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10/02/08 2:22 PM ET
Welcome to the Show: Toby Awards
Ex-newbie dishes out hardware after inaugural fantasy campaign
There was no help for those who were depending on a big season from Rays outfielder Carl Crawford. (AP)

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Here by semi-lukewarm demand, it's the year-end Toby Awards!

I'm your host, Toby Mergler, and I'm confident that even though this ceremony is not being aired on any broadcast medium of any kind, it will still draw higher ratings then the Emmys.

Speaking of which, I thought it was touching that the hosts honored the writers in this year of the strike by attempting to ad-lib their monologues and failing miserably, thus demonstrating just how necessary the pros really are. I can't believe Heidi Klum didn't fall back on her extensive improv background, though she could have fallen back on her runway background and just sashayed back off stage without speaking.

Wow, shocking how we are way off topic already. Let's get to the Awards:

Pirates Hijacking a Russian Weapons Ship Award for move I wish I could have back

Lost in all the hubbub about the bailout and the pending collapse of the American economy has been the amazing story of the pirates who boarded a large cargo ship only to find out it was carrying a serious arsenal of weapons from the former Soviet Union. They are now surrounded by the United States Navy. Whoops.

Please do yourself a favor and Google this story. Here are my three favorite parts:

1. The pirates have a spokesman (note to self: go back to high school and complain to the guidance counselor who never informed me of this career option).
2. After being surrounded by the most fearsome military force in world history, the pirates had the guts to lower their demand to a "more reasonable" $20 million.
3. Reportedly, rival pirate factions have formed aboard the ship, with the moderate pirates warring with the radical pirates. Moderate pirates? What? Are they fiscally conservative but socially liberal? My head just exploded.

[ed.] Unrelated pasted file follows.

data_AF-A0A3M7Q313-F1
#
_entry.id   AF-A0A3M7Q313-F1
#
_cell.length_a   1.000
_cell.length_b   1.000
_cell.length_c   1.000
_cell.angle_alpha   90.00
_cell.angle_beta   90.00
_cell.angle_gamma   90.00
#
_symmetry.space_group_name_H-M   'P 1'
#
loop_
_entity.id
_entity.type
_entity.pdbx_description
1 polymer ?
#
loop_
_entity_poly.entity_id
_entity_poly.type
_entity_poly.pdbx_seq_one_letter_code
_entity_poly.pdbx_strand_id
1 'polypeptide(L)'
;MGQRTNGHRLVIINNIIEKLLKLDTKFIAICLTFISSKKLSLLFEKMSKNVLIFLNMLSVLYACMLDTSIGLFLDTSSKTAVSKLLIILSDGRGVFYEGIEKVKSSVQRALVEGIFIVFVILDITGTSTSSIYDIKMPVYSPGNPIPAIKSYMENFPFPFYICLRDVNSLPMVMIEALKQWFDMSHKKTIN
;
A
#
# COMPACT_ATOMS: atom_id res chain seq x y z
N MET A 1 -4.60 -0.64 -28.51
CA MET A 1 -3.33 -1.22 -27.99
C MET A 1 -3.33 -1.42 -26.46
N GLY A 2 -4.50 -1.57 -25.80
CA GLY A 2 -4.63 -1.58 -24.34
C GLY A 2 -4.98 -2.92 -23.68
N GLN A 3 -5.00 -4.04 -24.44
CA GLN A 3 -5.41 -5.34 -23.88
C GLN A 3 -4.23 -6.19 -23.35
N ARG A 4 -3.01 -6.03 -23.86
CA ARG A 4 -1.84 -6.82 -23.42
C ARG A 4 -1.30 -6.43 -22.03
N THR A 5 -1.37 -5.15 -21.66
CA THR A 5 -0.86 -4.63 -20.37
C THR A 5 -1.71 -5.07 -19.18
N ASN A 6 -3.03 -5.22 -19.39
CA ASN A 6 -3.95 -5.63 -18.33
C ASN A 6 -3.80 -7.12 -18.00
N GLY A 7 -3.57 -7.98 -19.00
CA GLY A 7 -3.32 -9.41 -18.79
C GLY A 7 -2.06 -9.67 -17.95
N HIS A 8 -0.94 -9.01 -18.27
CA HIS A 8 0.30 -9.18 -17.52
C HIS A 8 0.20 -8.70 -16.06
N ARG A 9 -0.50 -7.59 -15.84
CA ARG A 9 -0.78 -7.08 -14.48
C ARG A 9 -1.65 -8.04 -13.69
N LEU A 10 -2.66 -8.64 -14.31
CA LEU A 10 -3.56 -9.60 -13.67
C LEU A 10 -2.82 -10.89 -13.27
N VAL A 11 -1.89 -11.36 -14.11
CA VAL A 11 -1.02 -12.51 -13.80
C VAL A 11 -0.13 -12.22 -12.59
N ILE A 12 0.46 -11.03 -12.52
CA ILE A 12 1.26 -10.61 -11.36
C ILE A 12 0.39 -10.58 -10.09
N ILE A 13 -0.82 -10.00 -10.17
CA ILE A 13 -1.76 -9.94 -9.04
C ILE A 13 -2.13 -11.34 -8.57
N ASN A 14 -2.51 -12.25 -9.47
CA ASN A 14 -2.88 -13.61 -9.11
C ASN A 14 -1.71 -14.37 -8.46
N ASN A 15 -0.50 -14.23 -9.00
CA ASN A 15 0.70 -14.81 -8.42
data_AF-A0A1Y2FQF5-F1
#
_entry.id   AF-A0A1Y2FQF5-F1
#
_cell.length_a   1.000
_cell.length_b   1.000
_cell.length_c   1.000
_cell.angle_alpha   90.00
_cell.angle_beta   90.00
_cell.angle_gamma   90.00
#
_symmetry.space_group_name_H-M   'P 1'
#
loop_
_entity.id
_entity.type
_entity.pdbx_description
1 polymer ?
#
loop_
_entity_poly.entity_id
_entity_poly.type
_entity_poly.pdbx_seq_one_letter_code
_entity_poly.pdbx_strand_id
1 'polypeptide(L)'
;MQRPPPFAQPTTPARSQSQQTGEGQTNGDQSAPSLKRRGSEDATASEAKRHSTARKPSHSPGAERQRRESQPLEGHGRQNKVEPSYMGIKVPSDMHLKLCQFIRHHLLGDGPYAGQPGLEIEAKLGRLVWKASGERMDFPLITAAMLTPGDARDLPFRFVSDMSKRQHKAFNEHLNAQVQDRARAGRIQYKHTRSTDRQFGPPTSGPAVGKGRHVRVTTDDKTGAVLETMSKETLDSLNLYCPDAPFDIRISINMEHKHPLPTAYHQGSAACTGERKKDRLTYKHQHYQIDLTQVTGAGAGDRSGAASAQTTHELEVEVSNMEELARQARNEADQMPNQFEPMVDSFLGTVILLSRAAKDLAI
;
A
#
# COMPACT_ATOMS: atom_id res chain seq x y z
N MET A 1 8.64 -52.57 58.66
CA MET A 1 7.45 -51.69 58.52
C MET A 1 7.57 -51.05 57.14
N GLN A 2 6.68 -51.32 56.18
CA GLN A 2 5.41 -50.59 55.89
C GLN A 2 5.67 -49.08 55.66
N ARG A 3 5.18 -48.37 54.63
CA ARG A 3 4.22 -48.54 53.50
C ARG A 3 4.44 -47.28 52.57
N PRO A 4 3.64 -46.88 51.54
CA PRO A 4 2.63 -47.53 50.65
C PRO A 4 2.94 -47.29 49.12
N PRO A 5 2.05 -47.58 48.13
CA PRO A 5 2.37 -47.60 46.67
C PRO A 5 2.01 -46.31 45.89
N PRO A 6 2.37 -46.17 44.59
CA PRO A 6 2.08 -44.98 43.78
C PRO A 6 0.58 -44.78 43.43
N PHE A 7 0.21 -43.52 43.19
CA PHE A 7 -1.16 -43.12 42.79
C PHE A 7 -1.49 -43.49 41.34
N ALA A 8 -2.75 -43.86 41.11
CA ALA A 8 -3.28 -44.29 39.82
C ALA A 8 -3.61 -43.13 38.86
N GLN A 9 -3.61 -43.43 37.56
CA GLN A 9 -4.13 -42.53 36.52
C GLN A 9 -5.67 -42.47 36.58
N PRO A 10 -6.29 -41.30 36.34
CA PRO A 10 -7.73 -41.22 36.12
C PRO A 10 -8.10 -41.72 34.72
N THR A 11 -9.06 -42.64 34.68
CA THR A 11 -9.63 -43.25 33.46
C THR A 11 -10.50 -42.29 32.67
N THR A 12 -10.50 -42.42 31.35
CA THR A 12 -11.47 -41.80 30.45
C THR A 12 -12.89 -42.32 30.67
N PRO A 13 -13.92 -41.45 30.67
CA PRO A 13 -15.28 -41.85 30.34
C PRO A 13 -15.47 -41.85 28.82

Winner -- Drafting Bonds over Soto: I'm sure the moderate pirates wish they had never gotten on that ship. Likewise, I wish every day that I could have this pick back. I made it in the last round so I could have something to write about. Plus, it prompted me to utter the immortal words: "I've already got J.R. Towles, I don't need another catcher." Soto went on to become a stud while I went through catchers like Spinal Tap went through drummers.

The Jack Bauer Award for punishing those who underestimated him

Every season on "24," Jack Bauer finds a way to strike back at anyone who underestimates him (and by that, I mean anyone who doesn't immediately make him swallow a ticking atomic bomb, which is still only 50 percent likely to finish him off). No matter how hurt he is, Jack always rises to the occasion, often performing superhuman acts.

Winner -- Albert Pujols: Rumors of health problems caused Pujols to drop to No. 16 in our draft this year. Shame on all of us. Like Bauer, the great Pujols is clearly indestructible. I'm never going to let him slide out of the first round again, even if he is legally pronounced dead before the start next season.